Amazon on the other hand is a world-class online retailer, that has had limited success with the physical stores it has opened, such as Amazon Fresh, the 4-Star store, bookstores, and convenience stores.

Over time, both companies have hired executives from the other in order to address these weaknesses. So I asked Del Rey why each company continues to battle these different demons.

“It’s really hard to expand out of your DNA which is digital at Amazon. But a bigger thing was they talk about only entering new spaces if they feel they have really strong differentiation. In some of these physical settings they did have differentiation but I think the market told them maybe not compelling enough differentiation.”

“All of that said, I don’t count Amazon out. There’s a lot of smart people there and still a lot of money in those coffers. Perhaps the battle has been more uphill than they thought in physical retail. But I think they’re going to make another big attempt to work it out.”

Walmart embraces reinvention

For the book, Del Rey got to speak with CEO Doug McMillon as well as other c-suite executives. “Walmart gave me access. When I say access I mean not a ton of time, but interviews with basically their entire C level.”

“I think they want to tell their story. They proud of some of their successes over the years in reinventing themselves. In discussing innovation and digital, I think they’ve tried to open up a little more than they have historically.”

Having covered Walmart across several eras of CEOs, Del Rey credits McMillon as setting this tone of humility.

“He is protective of their reputation and thinks they’re still misunderstood in a lot of ways I think more so than a lot of past CEOs at Walmart. He would acknowledge where they have a lot of work to do.”

And there’s a new dynamic emerging where a lot of Walmart plus customers are a more urban set who don’t regularly visit supercenters. “I think that’s a real sign of optimism for Walmart that they have tapped into this new audience that they wanted to for a long time”

The retail media battle has only just begun

One war that was starting to really kick into high gear as Del Rey researched and wrote the book was retail media. When he started reporting this book about three years ago, Amazon had a big advertising business by then already, but Walmart did not.

“With retail media it’s something I hear from brands a lot – the desire for meaningful competition. Amazon is truly leaps and bounds ahead of anyone. There are lots of other battles unfolding and it’s a matter of timing and timeline.”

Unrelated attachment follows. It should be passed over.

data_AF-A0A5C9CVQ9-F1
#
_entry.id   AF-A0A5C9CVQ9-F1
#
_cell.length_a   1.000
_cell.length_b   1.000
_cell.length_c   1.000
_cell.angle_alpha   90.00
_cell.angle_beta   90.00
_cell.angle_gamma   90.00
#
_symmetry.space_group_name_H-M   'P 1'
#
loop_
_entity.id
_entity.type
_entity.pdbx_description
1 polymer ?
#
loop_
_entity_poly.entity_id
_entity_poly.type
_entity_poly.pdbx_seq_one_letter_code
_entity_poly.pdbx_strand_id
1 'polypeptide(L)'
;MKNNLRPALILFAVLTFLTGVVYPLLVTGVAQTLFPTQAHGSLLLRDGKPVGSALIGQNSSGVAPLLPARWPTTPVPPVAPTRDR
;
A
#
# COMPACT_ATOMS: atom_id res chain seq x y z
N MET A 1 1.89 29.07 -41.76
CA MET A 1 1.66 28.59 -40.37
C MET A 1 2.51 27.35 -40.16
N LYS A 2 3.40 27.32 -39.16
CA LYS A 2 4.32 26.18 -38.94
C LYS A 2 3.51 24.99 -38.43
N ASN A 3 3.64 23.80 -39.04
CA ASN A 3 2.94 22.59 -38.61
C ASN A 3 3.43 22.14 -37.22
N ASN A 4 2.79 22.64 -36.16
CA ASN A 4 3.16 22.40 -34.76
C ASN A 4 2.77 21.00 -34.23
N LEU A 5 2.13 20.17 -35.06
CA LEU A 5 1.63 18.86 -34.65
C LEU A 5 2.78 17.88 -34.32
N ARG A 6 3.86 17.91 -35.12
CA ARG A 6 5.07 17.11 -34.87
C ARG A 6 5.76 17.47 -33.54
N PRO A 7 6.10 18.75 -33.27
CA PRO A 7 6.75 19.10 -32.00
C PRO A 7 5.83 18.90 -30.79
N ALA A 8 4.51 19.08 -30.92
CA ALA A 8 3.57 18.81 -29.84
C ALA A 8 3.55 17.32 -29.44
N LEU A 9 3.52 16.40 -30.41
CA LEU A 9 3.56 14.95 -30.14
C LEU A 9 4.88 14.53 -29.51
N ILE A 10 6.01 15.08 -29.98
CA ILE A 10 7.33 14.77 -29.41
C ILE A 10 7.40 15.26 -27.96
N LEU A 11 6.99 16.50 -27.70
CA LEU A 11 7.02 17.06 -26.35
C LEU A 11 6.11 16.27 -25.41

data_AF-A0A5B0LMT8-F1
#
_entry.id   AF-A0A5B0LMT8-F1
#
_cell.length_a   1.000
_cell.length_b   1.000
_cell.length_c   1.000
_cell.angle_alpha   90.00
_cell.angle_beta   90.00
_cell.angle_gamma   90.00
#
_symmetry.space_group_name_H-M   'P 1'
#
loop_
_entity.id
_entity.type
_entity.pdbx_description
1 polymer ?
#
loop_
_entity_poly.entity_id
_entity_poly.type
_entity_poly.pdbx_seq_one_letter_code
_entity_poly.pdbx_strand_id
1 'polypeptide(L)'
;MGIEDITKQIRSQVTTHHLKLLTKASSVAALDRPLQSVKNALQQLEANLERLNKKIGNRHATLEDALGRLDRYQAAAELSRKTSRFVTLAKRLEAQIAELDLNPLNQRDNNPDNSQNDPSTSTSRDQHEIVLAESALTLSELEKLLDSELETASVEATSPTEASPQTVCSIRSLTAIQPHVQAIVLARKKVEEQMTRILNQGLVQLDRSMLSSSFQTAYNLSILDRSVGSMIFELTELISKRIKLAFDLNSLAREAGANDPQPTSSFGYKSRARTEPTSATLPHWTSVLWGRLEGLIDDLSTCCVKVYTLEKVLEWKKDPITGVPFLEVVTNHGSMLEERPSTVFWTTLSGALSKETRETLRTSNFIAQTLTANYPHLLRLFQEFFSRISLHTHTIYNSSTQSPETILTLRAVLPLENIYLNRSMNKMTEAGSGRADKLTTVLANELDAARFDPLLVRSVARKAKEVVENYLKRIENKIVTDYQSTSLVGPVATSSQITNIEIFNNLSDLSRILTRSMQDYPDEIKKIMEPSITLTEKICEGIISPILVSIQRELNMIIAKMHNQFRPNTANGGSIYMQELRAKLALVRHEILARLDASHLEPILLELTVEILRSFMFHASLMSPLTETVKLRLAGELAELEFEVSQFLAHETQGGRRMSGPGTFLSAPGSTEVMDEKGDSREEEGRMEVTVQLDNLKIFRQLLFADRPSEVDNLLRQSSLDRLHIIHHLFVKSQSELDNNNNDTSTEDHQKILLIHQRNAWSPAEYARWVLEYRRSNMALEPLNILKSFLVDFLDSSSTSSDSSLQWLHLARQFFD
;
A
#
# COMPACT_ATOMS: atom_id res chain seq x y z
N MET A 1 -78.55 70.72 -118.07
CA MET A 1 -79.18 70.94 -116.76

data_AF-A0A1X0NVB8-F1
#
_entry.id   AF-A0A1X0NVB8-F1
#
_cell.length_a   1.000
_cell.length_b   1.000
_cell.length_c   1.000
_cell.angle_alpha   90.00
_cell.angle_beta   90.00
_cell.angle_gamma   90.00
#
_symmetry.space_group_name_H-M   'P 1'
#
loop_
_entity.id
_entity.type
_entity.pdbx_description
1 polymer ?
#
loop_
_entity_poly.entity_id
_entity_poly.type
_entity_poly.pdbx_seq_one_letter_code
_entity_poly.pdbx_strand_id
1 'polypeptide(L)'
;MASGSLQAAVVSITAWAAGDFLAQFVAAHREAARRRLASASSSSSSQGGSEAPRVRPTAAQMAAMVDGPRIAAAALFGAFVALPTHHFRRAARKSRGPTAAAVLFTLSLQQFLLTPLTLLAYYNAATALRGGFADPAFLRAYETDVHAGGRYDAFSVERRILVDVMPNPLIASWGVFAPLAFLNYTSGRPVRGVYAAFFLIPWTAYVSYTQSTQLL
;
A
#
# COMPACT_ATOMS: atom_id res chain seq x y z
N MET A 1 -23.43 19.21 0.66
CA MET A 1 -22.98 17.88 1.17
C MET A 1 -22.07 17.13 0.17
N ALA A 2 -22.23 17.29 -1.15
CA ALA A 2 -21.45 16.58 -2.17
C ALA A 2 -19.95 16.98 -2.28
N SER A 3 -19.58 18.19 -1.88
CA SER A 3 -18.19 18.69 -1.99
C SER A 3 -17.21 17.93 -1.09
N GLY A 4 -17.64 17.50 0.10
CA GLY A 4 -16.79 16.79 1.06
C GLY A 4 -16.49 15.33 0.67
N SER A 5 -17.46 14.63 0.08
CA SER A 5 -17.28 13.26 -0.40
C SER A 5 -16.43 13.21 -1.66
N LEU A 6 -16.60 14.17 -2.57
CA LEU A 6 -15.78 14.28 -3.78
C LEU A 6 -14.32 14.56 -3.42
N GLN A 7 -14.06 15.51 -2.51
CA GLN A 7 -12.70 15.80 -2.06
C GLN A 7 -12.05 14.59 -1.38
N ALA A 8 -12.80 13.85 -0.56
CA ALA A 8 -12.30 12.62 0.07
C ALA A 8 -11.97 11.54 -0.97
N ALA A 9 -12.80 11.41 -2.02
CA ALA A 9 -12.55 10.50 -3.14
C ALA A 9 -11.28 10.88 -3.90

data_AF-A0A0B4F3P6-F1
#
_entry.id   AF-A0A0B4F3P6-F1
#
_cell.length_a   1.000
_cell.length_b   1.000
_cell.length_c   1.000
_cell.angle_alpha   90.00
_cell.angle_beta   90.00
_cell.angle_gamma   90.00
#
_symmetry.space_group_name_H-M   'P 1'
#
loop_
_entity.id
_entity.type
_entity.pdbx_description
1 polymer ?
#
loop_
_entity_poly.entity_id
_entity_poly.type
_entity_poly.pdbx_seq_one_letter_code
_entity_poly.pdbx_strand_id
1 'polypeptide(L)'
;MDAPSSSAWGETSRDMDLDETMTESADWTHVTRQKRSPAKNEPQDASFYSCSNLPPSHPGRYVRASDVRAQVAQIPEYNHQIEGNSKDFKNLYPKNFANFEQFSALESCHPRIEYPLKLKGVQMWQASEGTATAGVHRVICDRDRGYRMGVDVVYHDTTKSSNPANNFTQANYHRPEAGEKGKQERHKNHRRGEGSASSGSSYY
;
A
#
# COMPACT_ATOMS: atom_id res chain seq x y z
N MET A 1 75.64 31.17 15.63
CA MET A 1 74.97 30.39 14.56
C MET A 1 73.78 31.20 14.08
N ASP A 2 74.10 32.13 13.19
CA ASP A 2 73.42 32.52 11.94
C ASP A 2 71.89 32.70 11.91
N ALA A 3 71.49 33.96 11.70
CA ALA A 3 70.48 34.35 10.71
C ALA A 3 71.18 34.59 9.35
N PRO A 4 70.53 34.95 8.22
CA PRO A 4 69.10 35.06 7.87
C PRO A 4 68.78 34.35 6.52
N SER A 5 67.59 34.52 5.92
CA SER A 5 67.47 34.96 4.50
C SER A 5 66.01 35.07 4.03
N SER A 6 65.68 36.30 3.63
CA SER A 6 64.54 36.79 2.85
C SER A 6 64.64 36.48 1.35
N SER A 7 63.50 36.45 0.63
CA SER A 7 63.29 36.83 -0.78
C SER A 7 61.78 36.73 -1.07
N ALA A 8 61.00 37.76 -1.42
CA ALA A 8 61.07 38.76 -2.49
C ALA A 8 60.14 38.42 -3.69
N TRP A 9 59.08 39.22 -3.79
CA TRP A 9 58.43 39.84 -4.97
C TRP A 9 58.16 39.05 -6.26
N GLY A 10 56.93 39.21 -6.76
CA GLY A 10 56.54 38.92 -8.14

“The inherent challenge of chronicling a rivalry that has gone on for decades but that has also not ended is that there are going to be new businesses and events and major happenings that are going to continue to happen. I just kind of have to live with that.”

Shared challenges with house brands

I noted that another event that unfolded after Del Rey finalized the manuscript was the sale of several digital native vertical brands that Walmart acquired under the leadership of Marc Lore. Moose Jaw, Mod Cloth, Eloquii, and Bonobos were sold off at pretty steep discounts compared to the price Walmart paid for them.

Amazon also had a pretty thriving house brand business back in the day. I did some research of my own recently, looking at 35 of these house brands that were active back in 2019, including some that seemed to be doing quite well at the time. 60% of those brands have folded.

I asked Del Rey’s perspective on why these two incredibly successful retailers had such a hard time building in-house brands.

“Each company at different scales has had some successes with House Brands. But those are mainly not ones you’re buying because you feel love for the brand – but because it’s the cheapest option, or you get great value from it.”

“One thing is go back to each company’s DNA. Brand-building in a way that that is about more than just the lowest price, is not historically the type of thing they’ve been good at.”

“With the digital native brands, it could have made sense if there was really a big group of these brands and there was synergies that they could get from Walmart – Strengths they could get or savings they could get. But the acquisition strategy never really got out of the first or second inning, and a couple of the brands were not ones that you could ever see being sold in Walmart stores.”